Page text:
First, no matter what you do, these are benchmark characters. Even Wonder Woman, perhaps the least of the three, exists in the pantheon of popular culture and therefore cannot be changed too dramatically and maintain the hope of attracting new, mainstream readers. Basically, if my wife, whose interest in comics has been half-halfheartedly limited crossover works from other media (Buffy, Supernatural, Troublemaker) or works involving members of My Chemical Romance, is able to name the character, describe the powers, and recognize the costume, then that's it. Those are the powers. That's the costume. No electric Superman, no Batman with a fire sword, no Mod-der Woman.
Second, each of these characters approach heroism in a different way. Superman is very much of the "with great power comes great responsibility" mindset, even to the point of believing that everyone has great power within him. He's a hero because that's the only logical outcome of having these powers. Batman is the most selfish of heroes. He acts out of the need to prove himself, to himself. The murder of his parents was a formative moment, sure. Without it, his energies would probably not have been directed toward fighting crime. Wonder Woman straddles the middle-ground between them as the reluctant hero. From the moment of her birth, she was destined to do great things. There is, I think, more weight on Wonder Woman's shoulders than the other two as she was born to lead.
Third, you can't have these three go off reservation. Superman can't ditch his duties to go on walkabout. Batman can't die/travel through time. Wonder Woman can't snap someone's neck on TV and thus go into hiding/prison. The DC universe needs these three to be consistently active to maintain not only sales (in the case of Supes and Bats), but a sense of forward momentum. This means their adventures post Issue #1 in the Drewniverse need to be scripted out and measured. These three cannot participate in an event that changes everything forever and ever. Superman cannot die, Batman's back will stay straight, Wonder Woman will not be a fugitive. Also, a watchful eye must be kept on power creep. Batman cannot punch out the Devil in Issue #3 because, well, after beating up Satan, where else is there to go that won't seem anticlimactic?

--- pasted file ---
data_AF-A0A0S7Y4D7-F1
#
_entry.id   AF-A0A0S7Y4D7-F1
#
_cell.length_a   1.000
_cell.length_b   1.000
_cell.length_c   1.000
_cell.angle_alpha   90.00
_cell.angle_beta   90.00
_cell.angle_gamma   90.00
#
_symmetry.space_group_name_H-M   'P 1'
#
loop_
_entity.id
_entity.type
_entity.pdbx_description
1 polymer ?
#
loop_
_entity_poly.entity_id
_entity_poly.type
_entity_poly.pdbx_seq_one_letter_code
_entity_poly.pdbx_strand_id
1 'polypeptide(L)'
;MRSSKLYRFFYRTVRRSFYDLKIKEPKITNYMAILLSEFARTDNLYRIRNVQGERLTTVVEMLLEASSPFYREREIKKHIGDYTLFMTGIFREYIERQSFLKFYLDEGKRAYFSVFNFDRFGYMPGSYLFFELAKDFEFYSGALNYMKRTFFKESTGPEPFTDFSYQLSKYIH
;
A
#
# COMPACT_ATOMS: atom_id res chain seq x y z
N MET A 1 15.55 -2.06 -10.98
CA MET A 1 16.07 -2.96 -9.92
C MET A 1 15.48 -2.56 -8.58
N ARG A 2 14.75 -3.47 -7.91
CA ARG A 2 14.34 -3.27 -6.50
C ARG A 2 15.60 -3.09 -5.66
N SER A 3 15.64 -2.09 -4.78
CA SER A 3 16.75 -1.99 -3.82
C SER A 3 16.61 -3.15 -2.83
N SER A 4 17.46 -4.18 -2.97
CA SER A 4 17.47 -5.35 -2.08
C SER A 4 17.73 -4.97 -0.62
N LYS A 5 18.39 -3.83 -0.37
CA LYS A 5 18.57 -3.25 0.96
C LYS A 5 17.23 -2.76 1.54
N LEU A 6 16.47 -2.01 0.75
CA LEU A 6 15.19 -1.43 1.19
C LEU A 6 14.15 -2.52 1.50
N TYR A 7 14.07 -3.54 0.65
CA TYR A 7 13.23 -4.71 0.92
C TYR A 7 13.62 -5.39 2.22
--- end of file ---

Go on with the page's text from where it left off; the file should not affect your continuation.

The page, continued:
Fourth, because these are the three best known DC characters (although Green Lantern is creeping up there, but he's got hassles of his own), they are the best chance for introducing new readers to the world.
So assuming that I get the same number of #1s that Actual DC is getting in September, here's how I'll spend the first batch:
- Three central comics: Superman, Batman, and Wonder Woman. These are the baseline, ongoing titles. I picture these titles as the core of the Drewniverse - these are the comics that move the football. (3/52)
- Three Adventure Comics: Action Comics, Detective Comics, and All Star Comics. These should be relatively self-contained, single issue stories featuring Superman, Batman, and Wonder Woman. Generally stand alone comics, these should rarely touch on ongoing metaplots or the like. Ideally, they would be aimed at a slightly younger audience. Think DC Animated Universe, not Brave and the Bold. (6/52)
- One ongoing Elseworlds title: 4-6 issue story arcs detailing the What Ifs. This is in part to let writers let off a bit of creative steam that's normally kept sealed away due to the third dictum above. Plus, I like What If stories. (7/52)
Of course, the Trinity will not just be limited to these seven titles. No doubt they'll crop up in Justice League title(s?) or as supporting characters in their own family's ongoing series (Robin, Supergirl, etc.)
So where to from here? We can either take a look at the next tier of DC heroes (Lantern, Flash) or branch out into the associated characters' titles/stories mentioned in the Trinity (Robin, Batgirl, Supergirl, Superboy, etc.). Tell me, gentle reader (or Google scraping bot), where you'd like to go.